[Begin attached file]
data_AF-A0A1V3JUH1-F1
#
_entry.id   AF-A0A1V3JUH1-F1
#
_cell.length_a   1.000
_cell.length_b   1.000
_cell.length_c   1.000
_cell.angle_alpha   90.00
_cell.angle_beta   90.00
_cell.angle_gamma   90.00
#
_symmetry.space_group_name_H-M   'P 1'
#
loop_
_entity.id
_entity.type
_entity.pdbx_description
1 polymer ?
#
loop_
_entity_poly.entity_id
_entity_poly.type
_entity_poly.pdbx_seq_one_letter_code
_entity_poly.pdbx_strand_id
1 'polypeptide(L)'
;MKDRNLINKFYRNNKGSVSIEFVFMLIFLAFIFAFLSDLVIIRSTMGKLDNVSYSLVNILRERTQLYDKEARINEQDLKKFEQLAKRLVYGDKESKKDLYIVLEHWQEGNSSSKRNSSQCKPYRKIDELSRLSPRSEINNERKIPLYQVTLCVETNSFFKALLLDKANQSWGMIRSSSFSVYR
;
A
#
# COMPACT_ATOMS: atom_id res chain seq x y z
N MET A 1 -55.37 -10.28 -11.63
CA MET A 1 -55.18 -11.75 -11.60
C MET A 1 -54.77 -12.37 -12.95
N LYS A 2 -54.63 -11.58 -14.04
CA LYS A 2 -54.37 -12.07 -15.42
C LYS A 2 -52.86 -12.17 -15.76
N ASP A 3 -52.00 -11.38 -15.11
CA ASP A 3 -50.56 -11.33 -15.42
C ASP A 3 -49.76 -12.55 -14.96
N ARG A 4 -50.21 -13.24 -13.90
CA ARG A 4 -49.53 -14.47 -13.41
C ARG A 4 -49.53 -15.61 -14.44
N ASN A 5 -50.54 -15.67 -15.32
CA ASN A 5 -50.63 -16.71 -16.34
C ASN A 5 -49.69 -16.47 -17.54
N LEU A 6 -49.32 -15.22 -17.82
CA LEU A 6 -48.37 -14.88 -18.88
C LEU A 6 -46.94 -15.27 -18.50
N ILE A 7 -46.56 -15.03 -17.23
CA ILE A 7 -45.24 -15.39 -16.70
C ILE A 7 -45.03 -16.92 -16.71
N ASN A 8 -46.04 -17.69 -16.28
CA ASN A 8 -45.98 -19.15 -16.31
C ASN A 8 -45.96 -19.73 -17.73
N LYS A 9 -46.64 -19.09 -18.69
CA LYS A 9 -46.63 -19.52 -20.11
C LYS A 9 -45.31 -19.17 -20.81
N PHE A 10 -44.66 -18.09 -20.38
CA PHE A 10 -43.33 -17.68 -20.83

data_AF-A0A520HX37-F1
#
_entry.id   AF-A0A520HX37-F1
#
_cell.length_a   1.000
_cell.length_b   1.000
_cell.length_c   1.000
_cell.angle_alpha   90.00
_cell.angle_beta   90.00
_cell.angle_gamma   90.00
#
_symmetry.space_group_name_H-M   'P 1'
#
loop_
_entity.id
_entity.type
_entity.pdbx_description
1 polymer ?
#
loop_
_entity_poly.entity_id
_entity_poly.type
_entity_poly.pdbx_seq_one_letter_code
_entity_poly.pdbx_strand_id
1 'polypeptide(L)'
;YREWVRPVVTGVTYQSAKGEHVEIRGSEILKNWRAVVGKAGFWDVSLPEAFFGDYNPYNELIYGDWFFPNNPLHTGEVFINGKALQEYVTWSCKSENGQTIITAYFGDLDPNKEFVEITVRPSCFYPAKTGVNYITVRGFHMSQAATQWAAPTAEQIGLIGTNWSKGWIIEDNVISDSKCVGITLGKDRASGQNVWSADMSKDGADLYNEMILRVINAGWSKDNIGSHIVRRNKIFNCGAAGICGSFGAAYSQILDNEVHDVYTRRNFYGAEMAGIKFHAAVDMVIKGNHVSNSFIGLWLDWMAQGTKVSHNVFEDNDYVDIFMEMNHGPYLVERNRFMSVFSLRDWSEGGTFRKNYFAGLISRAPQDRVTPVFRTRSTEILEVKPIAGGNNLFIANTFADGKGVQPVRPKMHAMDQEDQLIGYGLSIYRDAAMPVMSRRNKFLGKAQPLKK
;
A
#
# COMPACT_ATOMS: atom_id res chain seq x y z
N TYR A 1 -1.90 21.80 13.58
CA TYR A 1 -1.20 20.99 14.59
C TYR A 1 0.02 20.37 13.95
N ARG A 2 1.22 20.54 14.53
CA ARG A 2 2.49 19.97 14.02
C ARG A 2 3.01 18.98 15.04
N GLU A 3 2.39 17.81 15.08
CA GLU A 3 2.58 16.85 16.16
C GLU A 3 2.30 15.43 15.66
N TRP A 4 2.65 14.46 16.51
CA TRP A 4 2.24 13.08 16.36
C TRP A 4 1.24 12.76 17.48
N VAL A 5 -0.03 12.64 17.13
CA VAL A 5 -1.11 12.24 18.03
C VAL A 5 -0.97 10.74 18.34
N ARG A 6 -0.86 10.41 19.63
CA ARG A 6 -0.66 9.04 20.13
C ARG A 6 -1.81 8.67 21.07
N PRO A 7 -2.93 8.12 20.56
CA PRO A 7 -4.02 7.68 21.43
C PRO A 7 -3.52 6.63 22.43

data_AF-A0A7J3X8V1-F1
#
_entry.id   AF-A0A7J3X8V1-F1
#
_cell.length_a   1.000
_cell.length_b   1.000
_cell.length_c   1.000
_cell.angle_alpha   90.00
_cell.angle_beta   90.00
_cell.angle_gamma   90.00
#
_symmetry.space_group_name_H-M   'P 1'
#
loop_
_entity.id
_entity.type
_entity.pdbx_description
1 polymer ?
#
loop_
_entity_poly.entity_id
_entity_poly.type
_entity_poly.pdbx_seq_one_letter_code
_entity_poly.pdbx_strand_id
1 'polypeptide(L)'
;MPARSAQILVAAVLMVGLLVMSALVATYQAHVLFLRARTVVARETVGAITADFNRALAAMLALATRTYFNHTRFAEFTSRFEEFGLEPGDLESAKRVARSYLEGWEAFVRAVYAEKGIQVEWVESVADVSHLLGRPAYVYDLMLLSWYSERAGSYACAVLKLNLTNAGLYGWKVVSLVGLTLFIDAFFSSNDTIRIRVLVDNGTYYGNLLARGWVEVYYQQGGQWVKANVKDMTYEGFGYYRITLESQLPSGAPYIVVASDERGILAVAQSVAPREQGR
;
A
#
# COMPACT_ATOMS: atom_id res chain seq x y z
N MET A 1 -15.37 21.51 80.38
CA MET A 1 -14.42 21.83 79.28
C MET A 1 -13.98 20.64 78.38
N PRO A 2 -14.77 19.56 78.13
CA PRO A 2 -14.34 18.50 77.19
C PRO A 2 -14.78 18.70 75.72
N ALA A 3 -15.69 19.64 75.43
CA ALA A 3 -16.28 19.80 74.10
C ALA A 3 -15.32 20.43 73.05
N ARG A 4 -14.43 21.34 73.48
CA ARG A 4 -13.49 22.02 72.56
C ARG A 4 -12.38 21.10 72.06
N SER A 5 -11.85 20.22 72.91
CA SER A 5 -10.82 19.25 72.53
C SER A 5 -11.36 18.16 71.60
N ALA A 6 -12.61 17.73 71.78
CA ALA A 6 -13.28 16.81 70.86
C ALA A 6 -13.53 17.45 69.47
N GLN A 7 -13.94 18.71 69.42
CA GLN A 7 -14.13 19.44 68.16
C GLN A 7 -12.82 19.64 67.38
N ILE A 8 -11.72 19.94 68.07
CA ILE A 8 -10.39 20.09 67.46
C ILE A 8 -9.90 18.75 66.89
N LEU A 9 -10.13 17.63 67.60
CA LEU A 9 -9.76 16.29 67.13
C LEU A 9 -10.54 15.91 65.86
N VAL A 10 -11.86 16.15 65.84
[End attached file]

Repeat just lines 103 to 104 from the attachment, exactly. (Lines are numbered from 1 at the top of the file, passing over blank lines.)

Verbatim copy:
CA VAL A 5 -1.11 12.24 18.03
C VAL A 5 -0.97 10.74 18.34